Asthma: How To Use Inhalers
The treatment of asthma with inhaled medicine is much more effective than with oral medicine. Inhaled medicines also cause far fewer side effects. Asthma inhalers have become the mainstay of treating asthma. The inhalers can also fit in a pocket and be readily available to the teenager with a sudden asthma attack. Despite the importance of inhalers, over 50 percent of children and adults with asthma use them improperly. The spray ends up on the face or in the mouth, instead of in the lungs.
Here are some tips for using an inhaler correctly:
- First: Shake the inhaler well to get a good mix of the drug and the propellant.
- Second: Position the inhaler 1 or 2 inches away from the opening of the mouth. This gives much better delivery of the spray than if the inhaler is held in the mouth.
- Third: Breathe out completely.
- Fourth: As you start to breathe in, also press down on the inhaler and release a puff. Coordinating these two actions is the tricky part. Your goal is to spray the asthma medicine into your airstream as you are breathing in. This is the most difficult step in using an inhaler.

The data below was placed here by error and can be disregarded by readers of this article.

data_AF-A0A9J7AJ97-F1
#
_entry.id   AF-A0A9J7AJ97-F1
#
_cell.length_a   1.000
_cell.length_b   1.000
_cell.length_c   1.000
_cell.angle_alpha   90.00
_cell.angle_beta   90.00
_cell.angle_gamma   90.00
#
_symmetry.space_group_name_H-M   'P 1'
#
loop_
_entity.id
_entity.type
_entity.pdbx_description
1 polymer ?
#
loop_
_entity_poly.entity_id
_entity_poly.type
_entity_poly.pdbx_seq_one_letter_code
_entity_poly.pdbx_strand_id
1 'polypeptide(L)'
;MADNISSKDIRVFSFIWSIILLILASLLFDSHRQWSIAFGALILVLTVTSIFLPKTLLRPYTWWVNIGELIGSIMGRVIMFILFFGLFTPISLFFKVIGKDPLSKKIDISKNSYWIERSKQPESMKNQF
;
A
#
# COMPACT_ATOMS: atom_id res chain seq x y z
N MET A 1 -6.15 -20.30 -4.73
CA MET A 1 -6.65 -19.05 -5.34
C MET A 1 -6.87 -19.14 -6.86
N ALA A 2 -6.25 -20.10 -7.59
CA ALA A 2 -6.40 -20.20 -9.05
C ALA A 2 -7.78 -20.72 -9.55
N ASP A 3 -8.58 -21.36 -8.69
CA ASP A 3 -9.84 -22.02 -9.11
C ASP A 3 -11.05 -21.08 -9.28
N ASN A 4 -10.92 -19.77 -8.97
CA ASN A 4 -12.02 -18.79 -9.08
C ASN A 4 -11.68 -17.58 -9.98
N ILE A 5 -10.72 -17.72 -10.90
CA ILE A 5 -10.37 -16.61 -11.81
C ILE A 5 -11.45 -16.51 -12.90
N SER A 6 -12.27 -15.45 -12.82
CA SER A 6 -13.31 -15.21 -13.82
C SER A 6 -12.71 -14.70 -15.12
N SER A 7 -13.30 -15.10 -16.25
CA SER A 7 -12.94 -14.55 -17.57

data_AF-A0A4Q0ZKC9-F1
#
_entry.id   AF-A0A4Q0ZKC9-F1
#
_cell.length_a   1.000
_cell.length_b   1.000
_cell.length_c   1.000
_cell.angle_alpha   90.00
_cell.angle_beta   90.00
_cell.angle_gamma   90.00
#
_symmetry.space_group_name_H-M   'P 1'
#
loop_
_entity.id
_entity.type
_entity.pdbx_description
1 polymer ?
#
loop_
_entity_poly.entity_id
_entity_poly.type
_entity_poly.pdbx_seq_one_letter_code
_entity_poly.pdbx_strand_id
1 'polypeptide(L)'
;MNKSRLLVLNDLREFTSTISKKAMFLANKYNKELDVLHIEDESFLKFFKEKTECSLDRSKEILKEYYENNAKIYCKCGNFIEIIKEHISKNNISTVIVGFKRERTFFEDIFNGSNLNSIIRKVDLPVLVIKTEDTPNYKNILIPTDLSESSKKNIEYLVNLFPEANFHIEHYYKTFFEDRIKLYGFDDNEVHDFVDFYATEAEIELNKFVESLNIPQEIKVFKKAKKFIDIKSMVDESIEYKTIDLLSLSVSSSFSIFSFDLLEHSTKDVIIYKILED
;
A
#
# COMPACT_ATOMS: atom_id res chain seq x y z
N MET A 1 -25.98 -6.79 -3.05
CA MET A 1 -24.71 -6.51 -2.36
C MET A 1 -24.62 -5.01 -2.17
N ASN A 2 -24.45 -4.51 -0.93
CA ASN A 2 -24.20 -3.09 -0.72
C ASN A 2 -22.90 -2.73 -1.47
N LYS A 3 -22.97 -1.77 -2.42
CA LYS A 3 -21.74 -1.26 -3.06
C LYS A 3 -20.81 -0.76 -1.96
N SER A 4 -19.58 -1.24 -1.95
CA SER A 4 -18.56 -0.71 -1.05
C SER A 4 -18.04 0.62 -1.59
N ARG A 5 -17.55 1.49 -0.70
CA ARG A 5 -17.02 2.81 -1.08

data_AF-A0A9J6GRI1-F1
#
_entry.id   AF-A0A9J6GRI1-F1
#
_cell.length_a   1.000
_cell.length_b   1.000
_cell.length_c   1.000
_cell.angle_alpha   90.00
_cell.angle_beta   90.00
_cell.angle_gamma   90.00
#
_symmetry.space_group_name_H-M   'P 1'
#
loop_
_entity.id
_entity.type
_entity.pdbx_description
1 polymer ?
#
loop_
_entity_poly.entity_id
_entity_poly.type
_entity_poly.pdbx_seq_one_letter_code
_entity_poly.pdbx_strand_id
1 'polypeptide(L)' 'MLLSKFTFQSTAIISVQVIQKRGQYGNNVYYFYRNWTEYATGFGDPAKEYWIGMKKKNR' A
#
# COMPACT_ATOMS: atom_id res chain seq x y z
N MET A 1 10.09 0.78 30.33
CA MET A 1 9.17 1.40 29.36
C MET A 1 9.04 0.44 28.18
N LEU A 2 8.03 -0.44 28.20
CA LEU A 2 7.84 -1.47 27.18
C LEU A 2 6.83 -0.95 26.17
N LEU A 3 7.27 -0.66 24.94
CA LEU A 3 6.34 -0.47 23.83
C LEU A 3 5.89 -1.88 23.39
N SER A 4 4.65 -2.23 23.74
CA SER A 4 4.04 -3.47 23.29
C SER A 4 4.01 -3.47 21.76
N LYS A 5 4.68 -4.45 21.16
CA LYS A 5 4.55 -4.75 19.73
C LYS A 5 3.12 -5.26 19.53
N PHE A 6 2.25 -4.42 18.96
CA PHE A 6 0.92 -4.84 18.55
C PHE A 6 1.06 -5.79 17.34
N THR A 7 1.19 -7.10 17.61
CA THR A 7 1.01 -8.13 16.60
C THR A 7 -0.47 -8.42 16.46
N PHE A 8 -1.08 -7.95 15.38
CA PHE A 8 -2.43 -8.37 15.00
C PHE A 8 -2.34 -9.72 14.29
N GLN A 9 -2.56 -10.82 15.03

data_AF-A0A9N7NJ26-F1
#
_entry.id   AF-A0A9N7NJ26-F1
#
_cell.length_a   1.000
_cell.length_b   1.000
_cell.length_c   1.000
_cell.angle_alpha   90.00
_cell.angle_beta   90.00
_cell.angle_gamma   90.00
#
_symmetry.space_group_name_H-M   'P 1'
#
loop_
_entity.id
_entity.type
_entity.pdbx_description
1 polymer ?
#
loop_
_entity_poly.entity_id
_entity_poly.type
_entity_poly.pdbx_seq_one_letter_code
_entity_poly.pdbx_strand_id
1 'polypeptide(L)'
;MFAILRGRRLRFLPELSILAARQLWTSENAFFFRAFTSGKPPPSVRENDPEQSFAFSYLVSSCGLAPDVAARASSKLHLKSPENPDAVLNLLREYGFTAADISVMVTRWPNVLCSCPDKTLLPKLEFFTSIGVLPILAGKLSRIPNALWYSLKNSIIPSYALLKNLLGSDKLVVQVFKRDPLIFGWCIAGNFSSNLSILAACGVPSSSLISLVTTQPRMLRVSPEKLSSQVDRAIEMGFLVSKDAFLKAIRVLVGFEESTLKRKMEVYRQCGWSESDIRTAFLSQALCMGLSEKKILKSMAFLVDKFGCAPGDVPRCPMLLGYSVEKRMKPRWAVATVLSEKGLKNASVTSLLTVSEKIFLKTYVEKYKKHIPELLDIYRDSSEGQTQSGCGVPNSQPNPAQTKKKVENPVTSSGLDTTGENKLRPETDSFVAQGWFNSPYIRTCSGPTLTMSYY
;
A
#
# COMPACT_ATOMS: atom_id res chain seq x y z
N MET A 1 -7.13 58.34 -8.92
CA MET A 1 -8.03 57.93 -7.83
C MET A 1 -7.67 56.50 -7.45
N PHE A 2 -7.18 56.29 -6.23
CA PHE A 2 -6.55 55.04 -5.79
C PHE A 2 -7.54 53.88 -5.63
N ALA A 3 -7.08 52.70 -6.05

- Fifth: Breathe in slowly and completely. This action will help the medicine go deep into the lungs.
- Sixth: Hold your breath in full inspiration for 10 seconds. Your goal is to get as much absorption of the medicine into the lung tissue as possible. The most common mistake in inhaler technique is not holding the breath at the end of breathing-in.
- Seventh: Take some normal breaths.
- Eighth: Give a second puff if that has been recommended. Wait 1 minute before taking a second puff. This allows the first puff to open up the airways so that the second puff can go further down and do more good.
- Finally: If your child is younger than 8 years old, he should not be using an inhaler without a spacer. A spacer allows a child to inhale medicines without coordinating their breathing and the release of the spray. A spacer can double the amount of medicine that gets to the lungs.
If you have other questions about inhalers or spacers, consult your healthcare provider.
Disclaimer: This information is not intended to be a substitute for professional medical advice. It is provided for educational purposes only. You assume full responsibility for how you choose to use this information.
Author and Senior Reviewer: Barton D. Schmitt, M.D. FAAP
Last Review: 9/1/2009
Last Revised: 10/9/2009 10:52:39 AM
Copyright 1994-2009 Barton Schmitt, M.D. Parent Advice Messages.